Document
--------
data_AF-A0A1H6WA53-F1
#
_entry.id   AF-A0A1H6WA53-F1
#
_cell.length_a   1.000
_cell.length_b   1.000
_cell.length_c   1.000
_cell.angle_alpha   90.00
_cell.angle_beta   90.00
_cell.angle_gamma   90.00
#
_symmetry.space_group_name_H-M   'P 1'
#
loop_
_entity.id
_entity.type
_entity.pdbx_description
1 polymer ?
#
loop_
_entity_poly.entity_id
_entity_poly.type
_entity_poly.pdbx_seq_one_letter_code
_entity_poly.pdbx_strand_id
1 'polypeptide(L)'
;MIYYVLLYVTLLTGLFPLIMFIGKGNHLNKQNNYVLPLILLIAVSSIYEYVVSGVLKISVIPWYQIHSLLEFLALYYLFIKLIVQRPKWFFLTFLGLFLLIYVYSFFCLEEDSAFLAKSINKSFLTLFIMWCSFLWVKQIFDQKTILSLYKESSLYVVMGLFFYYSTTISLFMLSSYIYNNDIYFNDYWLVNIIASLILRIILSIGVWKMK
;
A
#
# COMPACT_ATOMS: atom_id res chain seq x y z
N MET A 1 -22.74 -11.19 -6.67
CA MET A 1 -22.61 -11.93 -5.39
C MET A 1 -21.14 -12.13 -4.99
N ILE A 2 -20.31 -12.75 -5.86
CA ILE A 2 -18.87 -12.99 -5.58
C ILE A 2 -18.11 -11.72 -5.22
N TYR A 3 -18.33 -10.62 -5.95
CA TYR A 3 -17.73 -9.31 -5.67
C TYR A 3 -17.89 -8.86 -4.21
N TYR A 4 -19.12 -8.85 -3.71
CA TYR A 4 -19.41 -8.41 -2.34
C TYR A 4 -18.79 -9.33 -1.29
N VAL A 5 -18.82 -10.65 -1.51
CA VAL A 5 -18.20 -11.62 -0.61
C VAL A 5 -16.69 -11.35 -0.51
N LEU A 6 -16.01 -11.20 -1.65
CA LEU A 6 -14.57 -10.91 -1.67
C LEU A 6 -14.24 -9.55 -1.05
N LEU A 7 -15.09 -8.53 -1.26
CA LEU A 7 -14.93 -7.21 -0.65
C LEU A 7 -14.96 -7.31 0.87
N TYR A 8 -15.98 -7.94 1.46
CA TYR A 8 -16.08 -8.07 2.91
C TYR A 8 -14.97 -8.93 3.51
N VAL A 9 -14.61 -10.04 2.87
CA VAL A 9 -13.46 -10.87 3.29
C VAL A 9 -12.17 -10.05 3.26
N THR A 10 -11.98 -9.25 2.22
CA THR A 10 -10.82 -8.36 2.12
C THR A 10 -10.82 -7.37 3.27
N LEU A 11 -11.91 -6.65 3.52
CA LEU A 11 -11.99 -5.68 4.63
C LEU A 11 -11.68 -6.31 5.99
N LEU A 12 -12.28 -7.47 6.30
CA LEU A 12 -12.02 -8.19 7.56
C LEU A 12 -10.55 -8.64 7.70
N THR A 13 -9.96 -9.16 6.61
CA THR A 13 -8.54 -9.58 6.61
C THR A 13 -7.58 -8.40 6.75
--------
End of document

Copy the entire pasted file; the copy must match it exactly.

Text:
data_AF-A0A1H6WA53-F1
#
_entry.id   AF-A0A1H6WA53-F1
#
_cell.length_a   1.000
_cell.length_b   1.000
_cell.length_c   1.000
_cell.angle_alpha   90.00
_cell.angle_beta   90.00
_cell.angle_gamma   90.00
#
_symmetry.space_group_name_H-M   'P 1'
#
loop_
_entity.id
_entity.type
_entity.pdbx_description
1 polymer ?
#
loop_
_entity_poly.entity_id
_entity_poly.type
_entity_poly.pdbx_seq_one_letter_code
_entity_poly.pdbx_strand_id
1 'polypeptide(L)'
;MIYYVLLYVTLLTGLFPLIMFIGKGNHLNKQNNYVLPLILLIAVSSIYEYVVSGVLKISVIPWYQIHSLLEFLALYYLFIKLIVQRPKWFFLTFLGLFLLIYVYSFFCLEEDSAFLAKSINKSFLTLFIMWCSFLWVKQIFDQKTILSLYKESSLYVVMGLFFYYSTTISLFMLSSYIYNNDIYFNDYWLVNIIASLILRIILSIGVWKMK
;
A
#
# COMPACT_ATOMS: atom_id res chain seq x y z
N MET A 1 -22.74 -11.19 -6.67
CA MET A 1 -22.61 -11.93 -5.39
C MET A 1 -21.14 -12.13 -4.99
N ILE A 2 -20.31 -12.75 -5.86
CA ILE A 2 -18.87 -12.99 -5.58
C ILE A 2 -18.11 -11.72 -5.22
N TYR A 3 -18.33 -10.62 -5.95
CA TYR A 3 -17.73 -9.31 -5.67
C TYR A 3 -17.89 -8.86 -4.21
N TYR A 4 -19.12 -8.85 -3.71
CA TYR A 4 -19.41 -8.41 -2.34
C TYR A 4 -18.79 -9.33 -1.29
N VAL A 5 -18.82 -10.65 -1.51
CA VAL A 5 -18.20 -11.62 -0.61
C VAL A 5 -16.69 -11.35 -0.51
N LEU A 6 -16.01 -11.20 -1.65
CA LEU A 6 -14.57 -10.91 -1.67
C LEU A 6 -14.24 -9.55 -1.05
N LEU A 7 -15.09 -8.53 -1.26
CA LEU A 7 -14.93 -7.21 -0.65
C LEU A 7 -14.96 -7.31 0.87
N TYR A 8 -15.98 -7.94 1.46
CA TYR A 8 -16.08 -8.07 2.91
C TYR A 8 -14.97 -8.93 3.51
N VAL A 9 -14.61 -10.04 2.87
CA VAL A 9 -13.46 -10.87 3.29
C VAL A 9 -12.17 -10.05 3.26
N THR A 10 -11.98 -9.25 2.22
CA THR A 10 -10.82 -8.36 2.12
C THR A 10 -10.82 -7.37 3.27
N LEU A 11 -11.91 -6.65 3.52
CA LEU A 11 -11.99 -5.68 4.63
C LEU A 11 -11.68 -6.31 5.99
N LEU A 12 -12.28 -7.47 6.30
CA LEU A 12 -12.02 -8.19 7.56
C LEU A 12 -10.55 -8.64 7.70
N THR A 13 -9.96 -9.16 6.61
CA THR A 13 -8.54 -9.58 6.61
C THR A 13 -7.58 -8.40 6.75